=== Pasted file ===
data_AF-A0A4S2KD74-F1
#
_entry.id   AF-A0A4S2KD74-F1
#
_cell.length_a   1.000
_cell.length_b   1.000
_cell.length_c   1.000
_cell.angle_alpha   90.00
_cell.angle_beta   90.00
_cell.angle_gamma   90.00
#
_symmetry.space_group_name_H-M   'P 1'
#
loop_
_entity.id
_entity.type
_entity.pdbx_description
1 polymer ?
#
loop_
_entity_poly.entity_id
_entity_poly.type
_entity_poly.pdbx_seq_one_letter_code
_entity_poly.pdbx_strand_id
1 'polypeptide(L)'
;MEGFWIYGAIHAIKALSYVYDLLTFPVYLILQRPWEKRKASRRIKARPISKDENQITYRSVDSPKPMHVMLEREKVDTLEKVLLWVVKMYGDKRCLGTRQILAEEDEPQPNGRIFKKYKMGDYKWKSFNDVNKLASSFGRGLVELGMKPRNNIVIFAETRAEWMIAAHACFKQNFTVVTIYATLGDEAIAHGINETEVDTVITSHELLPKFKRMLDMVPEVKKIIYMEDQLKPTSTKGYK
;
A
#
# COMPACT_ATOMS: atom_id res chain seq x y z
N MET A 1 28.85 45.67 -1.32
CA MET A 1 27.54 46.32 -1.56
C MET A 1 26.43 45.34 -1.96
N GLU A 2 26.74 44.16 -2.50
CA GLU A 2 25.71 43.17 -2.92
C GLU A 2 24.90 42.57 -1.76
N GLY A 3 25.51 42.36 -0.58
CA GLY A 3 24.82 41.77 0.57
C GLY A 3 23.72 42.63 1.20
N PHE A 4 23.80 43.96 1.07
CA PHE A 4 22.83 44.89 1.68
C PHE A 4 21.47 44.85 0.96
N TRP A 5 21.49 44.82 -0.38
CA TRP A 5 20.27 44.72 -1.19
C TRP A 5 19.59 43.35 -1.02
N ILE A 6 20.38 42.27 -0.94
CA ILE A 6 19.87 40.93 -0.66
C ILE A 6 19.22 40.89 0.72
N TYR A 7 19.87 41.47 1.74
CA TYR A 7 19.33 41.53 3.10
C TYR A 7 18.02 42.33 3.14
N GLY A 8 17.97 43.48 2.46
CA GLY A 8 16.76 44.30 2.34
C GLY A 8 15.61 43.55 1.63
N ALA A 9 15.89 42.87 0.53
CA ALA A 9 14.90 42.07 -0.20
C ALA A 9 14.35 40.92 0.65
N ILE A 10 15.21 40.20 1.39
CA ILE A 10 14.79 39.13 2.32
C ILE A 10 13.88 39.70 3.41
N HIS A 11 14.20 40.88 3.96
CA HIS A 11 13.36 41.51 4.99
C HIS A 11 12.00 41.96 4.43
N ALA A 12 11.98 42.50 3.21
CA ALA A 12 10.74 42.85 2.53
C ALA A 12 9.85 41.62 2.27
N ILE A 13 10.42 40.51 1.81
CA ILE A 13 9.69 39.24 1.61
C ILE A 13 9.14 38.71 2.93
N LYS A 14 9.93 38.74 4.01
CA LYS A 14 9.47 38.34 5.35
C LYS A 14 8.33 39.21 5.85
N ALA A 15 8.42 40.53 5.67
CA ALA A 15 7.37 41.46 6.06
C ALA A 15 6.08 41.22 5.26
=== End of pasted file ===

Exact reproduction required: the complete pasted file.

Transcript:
data_AF-A0A4S2KD74-F1
#
_entry.id   AF-A0A4S2KD74-F1
#
_cell.length_a   1.000
_cell.length_b   1.000
_cell.length_c   1.000
_cell.angle_alpha   90.00
_cell.angle_beta   90.00
_cell.angle_gamma   90.00
#
_symmetry.space_group_name_H-M   'P 1'
#
loop_
_entity.id
_entity.type
_entity.pdbx_description
1 polymer ?
#
loop_
_entity_poly.entity_id
_entity_poly.type
_entity_poly.pdbx_seq_one_letter_code
_entity_poly.pdbx_strand_id
1 'polypeptide(L)'
;MEGFWIYGAIHAIKALSYVYDLLTFPVYLILQRPWEKRKASRRIKARPISKDENQITYRSVDSPKPMHVMLEREKVDTLEKVLLWVVKMYGDKRCLGTRQILAEEDEPQPNGRIFKKYKMGDYKWKSFNDVNKLASSFGRGLVELGMKPRNNIVIFAETRAEWMIAAHACFKQNFTVVTIYATLGDEAIAHGINETEVDTVITSHELLPKFKRMLDMVPEVKKIIYMEDQLKPTSTKGYK
;
A
#
# COMPACT_ATOMS: atom_id res chain seq x y z
N MET A 1 28.85 45.67 -1.32
CA MET A 1 27.54 46.32 -1.56
C MET A 1 26.43 45.34 -1.96
N GLU A 2 26.74 44.16 -2.50
CA GLU A 2 25.71 43.17 -2.92
C GLU A 2 24.90 42.57 -1.76
N GLY A 3 25.51 42.36 -0.58
CA GLY A 3 24.82 41.77 0.57
C GLY A 3 23.72 42.63 1.20
N PHE A 4 23.80 43.96 1.07
CA PHE A 4 22.83 44.89 1.68
C PHE A 4 21.47 44.85 0.96
N TRP A 5 21.49 44.82 -0.38
CA TRP A 5 20.27 44.72 -1.19
C TRP A 5 19.59 43.35 -1.02
N ILE A 6 20.38 42.27 -0.94
CA ILE A 6 19.87 40.93 -0.66
C ILE A 6 19.22 40.89 0.72
N TYR A 7 19.87 41.47 1.74
CA TYR A 7 19.33 41.53 3.10
C TYR A 7 18.02 42.33 3.14
N GLY A 8 17.97 43.48 2.46
CA GLY A 8 16.76 44.30 2.34
C GLY A 8 15.61 43.55 1.63
N ALA A 9 15.89 42.87 0.53
CA ALA A 9 14.90 42.07 -0.20
C ALA A 9 14.35 40.92 0.65
N ILE A 10 15.21 40.20 1.39
CA ILE A 10 14.79 39.13 2.32
C ILE A 10 13.88 39.70 3.41
N HIS A 11 14.20 40.88 3.96
CA HIS A 11 13.36 41.51 4.99
C HIS A 11 12.00 41.96 4.43
N ALA A 12 11.98 42.50 3.21
CA ALA A 12 10.74 42.85 2.53
C ALA A 12 9.85 41.62 2.27
N ILE A 13 10.42 40.51 1.81
CA ILE A 13 9.69 39.24 1.61
C ILE A 13 9.14 38.71 2.93
N LYS A 14 9.93 38.74 4.01
CA LYS A 14 9.47 38.34 5.35
C LYS A 14 8.33 39.21 5.85
N ALA A 15 8.42 40.53 5.67
CA ALA A 15 7.37 41.46 6.06
C ALA A 15 6.08 41.22 5.26